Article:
16 July 2015

Zimbabwe: New Deadline for TV Digitalisation

The country requires about US$125 million to complete the process which entails replacing all Very High Frequency (VHF) analogue television bands with the Ultra High Frequency (UHF) digital platform.

SOUTHERN African Development Community (SADC) countries have agreed on a deadline to switch off the analogue television transmissions to digital platforms.

The Financial Gazette can reveal that SADC has moved the date for compliance by 12 months to June next year.

A complete switch over to television digital platform was expected on June 17 this year but SADC realised that most countries had not complied with the International Telecommunications Union (ITU) deadline.

Only four countries -- Namibia, Malawi, Tanzania and Mauritius -- had completed the migration to digital broadcasting within the agreed deadline, with Zambia switching on a few weeks ago.

Obert Muganyura, the chief executive officer of the Broadcasting Authority of Zimbabwe (BAZ), confirmed the new target.

"SADC ministers of information and communications technology met soon after the June 17 deadline to discuss migration issues," said Muganyura.

"After realising that only four countries (Namibia, Malawi, Tanzania and Mauritius) had complied, the region agreed on the new target which is June next year by which time the remaining countries are expected to comply.

"The SADC countries will review the situation in December next ye-ar."

Muganyura said Zimbabwe was committed to completing the migration by March next year, all things being equal.

Transmedia Corporation, a State-owned company with the mandate to provide broadcasting signals in the country, is the implementing agent and contractor for the project.

It sourced digital equipment from a Germany company, Rhodhe & Schwarz, a world market leader in a range of broadcasting transmission equipment. It established 24 backbone transmission sites which should be digitalised, as stipulated by ITU.

However, Zimbabwe's migration process faced numerous challenges relating to funding, delivery of digital equipment and the delays in implementation of civil works for the installation of the transmission network.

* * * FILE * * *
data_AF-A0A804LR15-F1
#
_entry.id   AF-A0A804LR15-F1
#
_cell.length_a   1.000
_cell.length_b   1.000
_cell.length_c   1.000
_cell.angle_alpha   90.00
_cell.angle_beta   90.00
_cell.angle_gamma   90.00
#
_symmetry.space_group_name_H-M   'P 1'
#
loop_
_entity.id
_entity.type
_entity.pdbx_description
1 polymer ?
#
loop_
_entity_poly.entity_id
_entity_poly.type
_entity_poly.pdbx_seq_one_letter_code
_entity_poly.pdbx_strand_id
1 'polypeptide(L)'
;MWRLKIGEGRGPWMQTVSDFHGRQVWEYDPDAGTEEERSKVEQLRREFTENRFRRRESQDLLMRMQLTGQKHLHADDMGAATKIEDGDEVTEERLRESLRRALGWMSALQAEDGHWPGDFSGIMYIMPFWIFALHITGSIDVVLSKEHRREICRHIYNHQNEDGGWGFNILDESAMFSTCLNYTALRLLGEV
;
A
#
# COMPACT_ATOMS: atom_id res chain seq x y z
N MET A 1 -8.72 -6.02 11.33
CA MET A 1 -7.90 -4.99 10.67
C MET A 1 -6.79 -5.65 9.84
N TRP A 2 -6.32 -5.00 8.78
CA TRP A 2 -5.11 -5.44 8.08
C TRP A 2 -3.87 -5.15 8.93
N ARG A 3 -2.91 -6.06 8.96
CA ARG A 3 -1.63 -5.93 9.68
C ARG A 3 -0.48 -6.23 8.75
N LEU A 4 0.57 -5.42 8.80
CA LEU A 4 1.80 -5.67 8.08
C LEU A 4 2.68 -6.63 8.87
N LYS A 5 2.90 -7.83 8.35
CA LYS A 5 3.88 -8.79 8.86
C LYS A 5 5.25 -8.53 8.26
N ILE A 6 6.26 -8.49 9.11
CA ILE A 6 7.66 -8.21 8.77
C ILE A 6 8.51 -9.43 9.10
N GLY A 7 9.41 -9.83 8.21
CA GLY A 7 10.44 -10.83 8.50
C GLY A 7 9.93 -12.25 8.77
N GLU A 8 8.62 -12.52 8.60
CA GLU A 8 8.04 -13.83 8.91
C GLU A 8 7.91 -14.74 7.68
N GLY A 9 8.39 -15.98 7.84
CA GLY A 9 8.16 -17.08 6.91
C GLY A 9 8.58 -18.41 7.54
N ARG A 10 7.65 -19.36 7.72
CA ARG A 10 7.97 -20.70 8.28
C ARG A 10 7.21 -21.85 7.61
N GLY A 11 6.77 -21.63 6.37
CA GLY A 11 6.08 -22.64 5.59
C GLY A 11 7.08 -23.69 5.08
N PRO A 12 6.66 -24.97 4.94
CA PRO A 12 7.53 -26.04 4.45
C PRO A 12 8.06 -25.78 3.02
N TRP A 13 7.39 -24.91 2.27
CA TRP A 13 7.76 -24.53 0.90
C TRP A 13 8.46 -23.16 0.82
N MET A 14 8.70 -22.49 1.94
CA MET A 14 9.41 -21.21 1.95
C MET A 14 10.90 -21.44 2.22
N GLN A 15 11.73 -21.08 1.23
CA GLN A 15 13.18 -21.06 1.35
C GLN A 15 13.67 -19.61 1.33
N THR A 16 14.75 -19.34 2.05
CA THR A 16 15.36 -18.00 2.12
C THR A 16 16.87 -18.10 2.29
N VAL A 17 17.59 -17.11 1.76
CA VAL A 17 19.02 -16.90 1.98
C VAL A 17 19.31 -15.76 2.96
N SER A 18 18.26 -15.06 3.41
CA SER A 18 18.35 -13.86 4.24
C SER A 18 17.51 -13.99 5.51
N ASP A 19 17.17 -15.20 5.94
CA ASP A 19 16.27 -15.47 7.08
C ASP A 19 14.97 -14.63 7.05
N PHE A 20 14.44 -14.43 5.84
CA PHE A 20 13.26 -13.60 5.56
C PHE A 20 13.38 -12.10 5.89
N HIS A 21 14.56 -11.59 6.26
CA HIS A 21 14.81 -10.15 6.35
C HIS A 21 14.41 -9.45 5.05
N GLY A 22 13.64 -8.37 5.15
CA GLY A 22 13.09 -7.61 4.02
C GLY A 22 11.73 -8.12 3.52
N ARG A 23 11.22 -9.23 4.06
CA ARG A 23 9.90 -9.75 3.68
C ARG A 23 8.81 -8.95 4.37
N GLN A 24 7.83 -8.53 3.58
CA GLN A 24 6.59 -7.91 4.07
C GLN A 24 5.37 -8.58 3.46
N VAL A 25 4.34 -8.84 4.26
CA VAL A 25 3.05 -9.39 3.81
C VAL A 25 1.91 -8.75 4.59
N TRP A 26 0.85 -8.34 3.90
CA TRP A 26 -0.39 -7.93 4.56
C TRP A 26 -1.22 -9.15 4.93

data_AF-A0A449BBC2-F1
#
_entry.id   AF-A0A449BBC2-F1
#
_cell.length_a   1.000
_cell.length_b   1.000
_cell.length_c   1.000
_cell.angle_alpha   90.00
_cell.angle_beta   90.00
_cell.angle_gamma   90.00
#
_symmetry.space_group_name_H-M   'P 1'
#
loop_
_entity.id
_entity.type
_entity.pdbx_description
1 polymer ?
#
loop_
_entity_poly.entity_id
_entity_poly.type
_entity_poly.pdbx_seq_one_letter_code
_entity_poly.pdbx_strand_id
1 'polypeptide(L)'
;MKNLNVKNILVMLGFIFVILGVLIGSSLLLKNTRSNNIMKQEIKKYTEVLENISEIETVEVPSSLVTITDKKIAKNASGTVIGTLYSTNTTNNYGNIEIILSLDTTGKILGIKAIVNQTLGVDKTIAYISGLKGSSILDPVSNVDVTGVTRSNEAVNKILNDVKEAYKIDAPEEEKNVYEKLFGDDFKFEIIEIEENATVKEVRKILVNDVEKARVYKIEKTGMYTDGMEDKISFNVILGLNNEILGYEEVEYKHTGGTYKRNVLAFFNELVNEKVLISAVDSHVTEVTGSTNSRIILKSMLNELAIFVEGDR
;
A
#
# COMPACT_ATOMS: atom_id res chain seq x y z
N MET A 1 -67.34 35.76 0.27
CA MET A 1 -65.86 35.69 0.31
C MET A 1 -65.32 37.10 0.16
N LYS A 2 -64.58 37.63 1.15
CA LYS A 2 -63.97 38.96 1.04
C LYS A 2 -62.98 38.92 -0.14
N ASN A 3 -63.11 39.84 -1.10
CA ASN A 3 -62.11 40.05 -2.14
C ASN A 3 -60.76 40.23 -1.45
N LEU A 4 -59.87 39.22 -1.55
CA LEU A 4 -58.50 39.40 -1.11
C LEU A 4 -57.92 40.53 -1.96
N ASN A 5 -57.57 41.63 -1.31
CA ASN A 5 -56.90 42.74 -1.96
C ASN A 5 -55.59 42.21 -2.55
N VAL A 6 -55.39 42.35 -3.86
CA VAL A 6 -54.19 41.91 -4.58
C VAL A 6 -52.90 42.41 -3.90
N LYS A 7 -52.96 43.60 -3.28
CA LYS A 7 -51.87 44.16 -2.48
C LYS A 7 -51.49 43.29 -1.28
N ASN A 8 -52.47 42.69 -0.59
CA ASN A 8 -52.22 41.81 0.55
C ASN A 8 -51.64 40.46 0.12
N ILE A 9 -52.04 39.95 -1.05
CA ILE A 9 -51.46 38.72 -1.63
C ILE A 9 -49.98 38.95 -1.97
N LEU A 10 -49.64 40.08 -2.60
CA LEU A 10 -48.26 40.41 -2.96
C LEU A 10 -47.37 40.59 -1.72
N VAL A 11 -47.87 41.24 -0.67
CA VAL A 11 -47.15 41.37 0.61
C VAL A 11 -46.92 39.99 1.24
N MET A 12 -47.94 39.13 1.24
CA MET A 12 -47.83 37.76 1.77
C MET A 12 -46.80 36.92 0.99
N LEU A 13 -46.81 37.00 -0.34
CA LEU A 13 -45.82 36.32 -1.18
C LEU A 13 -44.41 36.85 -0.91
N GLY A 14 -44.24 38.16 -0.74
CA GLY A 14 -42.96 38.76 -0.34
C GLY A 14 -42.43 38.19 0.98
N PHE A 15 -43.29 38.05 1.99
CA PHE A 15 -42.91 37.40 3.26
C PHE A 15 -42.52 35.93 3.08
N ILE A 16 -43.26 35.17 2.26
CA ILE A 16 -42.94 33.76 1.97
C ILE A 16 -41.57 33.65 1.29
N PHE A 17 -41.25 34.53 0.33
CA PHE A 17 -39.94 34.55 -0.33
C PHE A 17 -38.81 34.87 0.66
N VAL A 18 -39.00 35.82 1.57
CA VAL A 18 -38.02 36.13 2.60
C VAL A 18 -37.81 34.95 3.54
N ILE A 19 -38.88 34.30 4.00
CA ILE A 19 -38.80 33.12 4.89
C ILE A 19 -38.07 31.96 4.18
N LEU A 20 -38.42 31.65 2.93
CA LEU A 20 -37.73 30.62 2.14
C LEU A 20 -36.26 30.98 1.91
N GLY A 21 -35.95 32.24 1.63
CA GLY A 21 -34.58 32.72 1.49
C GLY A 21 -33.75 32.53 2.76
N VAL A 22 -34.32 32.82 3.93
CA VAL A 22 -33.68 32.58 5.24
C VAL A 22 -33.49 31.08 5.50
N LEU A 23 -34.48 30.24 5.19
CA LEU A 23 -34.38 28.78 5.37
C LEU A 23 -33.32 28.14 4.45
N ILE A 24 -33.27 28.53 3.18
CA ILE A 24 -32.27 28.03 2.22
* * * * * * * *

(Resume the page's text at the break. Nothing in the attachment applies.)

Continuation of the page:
The country requires about US$125 million to complete the process which entails replacing all Very High Frequency (VHF) analogue television bands with the Ultra High Frequency (UHF) digital platform.

Muganyura said the funding issue was resolved after BAZ signed a funding deal with Huawei International early this year. The analogue platform can only accommodate one frequency that carries one transmitter and one broadcaster, whereas the digital platform accommodates several television channels in a single frequency which needs only one transmitter.

This makes very efficient use of resources. Under this dispensation, viewers also have a variety of programmes to choose from and it also offers better quality pictures as well as access to interactive services.

Once the television network digitalisation project has been rolled out, government is expected to gain financially under what is referred to as 'digital dividend'.

The dividend literally means more frequencies would be freed and government can sell some of the frequencies to television operators in the country for other activities.

Currently, there are no independent television broadcasters in Zimbabwe. There are only two television services, Zimbabwe Television (ZTV1) and ZTV2, which are run by the Zimbabwe Broadcasting Holdings and the transmission coverage stands at 70 percent for the two television stations.


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